I get it. We are in a world now that revolves around.. you guessed it. Technology. But why is it that people think it is okay to constantly be on it when visiting loved ones? We quickly jump onto Google to find quick information out, we like or love posts on Facebook, and we scroll for hours on Pinterest. Sure you may do that while taking a bathroom break, resting in bed, or when the kiddos are napping, but why is it when the kids are here?
The HCBM does not limit usage on tablets or television, clearly. We have SS11 who will decide to not visit his father due to our limitations. We have SD8 who tries to sneak the tablet in. And we have SS4 who will steal others’ tablets in order to get screen interaction. The children have always told us that they are given tablet and television time whenever-and-wherever. Why? To push the children off so that YOU can do things that you want to do? How is that developing a relationship with the child? I understand, cleaning and chores need done. Great. But when the use of technology is an all-day thing, how can you say you and your child are growing as a family?
Vent over. Phew, okay now to some logic here. Per the American Academy of Pediatrics, they “recommend no more than two hours of entertainment time per day for school-age kids, and no more than one hour per day before school-age.” My fiance gets the children for four hours during the week. That would mean half of the visitation time would be on electronics. Nuts right? On the weekends, we limit tablet and television time to being only an hour a day, divided into thirty minute intervals.
I know it is hard to steer the kids away from technology, but hopefully with the tips below, you can have a successful, unplugged visit!
When the children are becoming greedy and disrespectful about the time given on technology, issue “time outs” on the technology. Explain to them that they will not receive free time if they continue to act rude about the usage. In our home, if the children get ten stickers within the weekend (by doing chores, going above-and-beyond, or behaving amazing) we offer “free time” that can be granted further than the thirty minute intervals.
Coming up, winter will restrict you on the activities you can do outdoors. BUT!! You can always go to local museums or indoor-activities to keep all children interested in being active. Locally, we have a children’s museum that is open for all ages, so it is great for our youngest (two) and our oldest (eleven). You can also engage in board games or drawing.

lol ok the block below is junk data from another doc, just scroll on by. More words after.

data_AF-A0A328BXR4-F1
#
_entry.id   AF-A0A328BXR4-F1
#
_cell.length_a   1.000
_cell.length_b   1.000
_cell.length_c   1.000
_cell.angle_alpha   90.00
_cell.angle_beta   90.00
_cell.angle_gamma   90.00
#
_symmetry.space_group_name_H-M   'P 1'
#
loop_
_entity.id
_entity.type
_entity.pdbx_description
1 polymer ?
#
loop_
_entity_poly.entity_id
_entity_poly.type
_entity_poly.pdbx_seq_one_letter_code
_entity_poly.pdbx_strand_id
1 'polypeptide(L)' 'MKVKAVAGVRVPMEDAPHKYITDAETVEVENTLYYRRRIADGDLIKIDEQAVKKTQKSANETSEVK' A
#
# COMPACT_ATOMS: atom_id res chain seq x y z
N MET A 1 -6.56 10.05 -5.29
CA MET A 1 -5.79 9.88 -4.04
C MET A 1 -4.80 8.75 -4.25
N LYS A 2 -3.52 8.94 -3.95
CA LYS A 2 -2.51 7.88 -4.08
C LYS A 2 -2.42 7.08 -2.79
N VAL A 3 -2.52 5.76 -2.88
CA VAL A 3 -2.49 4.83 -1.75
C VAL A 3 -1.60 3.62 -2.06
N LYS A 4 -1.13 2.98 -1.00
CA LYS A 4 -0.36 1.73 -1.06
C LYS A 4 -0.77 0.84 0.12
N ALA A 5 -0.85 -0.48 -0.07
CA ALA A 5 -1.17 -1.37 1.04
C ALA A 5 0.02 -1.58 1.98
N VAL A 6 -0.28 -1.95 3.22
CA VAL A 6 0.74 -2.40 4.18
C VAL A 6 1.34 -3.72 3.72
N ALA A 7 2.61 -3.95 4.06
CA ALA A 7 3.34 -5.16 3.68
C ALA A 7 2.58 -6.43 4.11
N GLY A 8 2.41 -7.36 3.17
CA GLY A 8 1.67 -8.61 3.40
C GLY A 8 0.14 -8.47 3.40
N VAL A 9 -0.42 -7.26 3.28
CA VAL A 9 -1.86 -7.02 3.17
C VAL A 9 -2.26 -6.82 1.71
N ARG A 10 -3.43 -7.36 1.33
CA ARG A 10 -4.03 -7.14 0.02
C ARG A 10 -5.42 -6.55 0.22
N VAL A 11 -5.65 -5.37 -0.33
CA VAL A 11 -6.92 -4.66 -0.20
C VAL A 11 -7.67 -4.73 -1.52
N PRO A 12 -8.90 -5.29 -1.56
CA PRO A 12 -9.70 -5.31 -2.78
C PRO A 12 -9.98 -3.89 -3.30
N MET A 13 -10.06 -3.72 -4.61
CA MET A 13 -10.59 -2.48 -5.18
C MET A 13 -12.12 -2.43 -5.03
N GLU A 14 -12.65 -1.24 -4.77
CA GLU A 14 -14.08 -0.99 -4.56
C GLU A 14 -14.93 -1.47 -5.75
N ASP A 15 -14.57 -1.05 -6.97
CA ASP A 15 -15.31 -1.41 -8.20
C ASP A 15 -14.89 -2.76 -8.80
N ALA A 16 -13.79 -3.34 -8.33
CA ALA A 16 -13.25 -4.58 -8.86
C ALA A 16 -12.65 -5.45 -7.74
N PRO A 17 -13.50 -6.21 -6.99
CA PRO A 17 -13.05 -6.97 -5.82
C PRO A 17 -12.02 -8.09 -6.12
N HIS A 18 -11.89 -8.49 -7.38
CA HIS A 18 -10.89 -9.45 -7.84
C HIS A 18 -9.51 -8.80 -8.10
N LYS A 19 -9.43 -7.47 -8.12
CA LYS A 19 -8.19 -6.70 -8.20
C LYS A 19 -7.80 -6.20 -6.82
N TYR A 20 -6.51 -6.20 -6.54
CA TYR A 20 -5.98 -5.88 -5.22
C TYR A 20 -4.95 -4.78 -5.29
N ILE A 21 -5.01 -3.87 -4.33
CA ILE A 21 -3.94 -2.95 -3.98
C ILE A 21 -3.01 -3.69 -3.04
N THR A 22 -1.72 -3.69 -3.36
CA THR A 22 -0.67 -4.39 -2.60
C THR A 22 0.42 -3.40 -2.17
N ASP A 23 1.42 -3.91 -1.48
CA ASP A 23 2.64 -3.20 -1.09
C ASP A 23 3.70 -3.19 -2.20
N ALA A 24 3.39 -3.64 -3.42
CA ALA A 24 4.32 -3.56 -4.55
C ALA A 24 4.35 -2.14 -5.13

Let It All Out:
Sometimes the children just need someone to listen. A good way to bond as a family, rather than divide into different rooms and on technology, is to sit at the dining room table and just let each other talk. Whether it be: what did you learn today at school, what did you have for lunch, what is on your mind that is bothering you, what makes you happy. Get the children’s mind going and let them open up. Reassure them that you ARE listening to their feelings, and that no comment is a dumb comment.
Family Tablet Use:
If you absolutely cannot find anything to do (such as a winter day), pull out the tablet. Not for individual use, but for a family use. We like to turn on Kids Bop and have a mini dance session. The kids do this for about an hour, then they start winding down. There are so many apps that could be downloaded as a family to enjoy.
To have an unplugged weekend, you also have to limit your phone usage. You expect the children to be there for their father and you, so you need to be there for the kids. You cannot develop as a family, if your noses are in a screen. Harsh I know, but I promise you one thing, the Facebook posts can wait. The emails can be checked on business hours. The text can wait after your visiting time. But, the bond and love for the children (and the love for you) cannot wait. It needs to grow, and remain strong.
I hope you have a great unplugged weekday or weekend. Give it a try, and see the change in the children. 🙂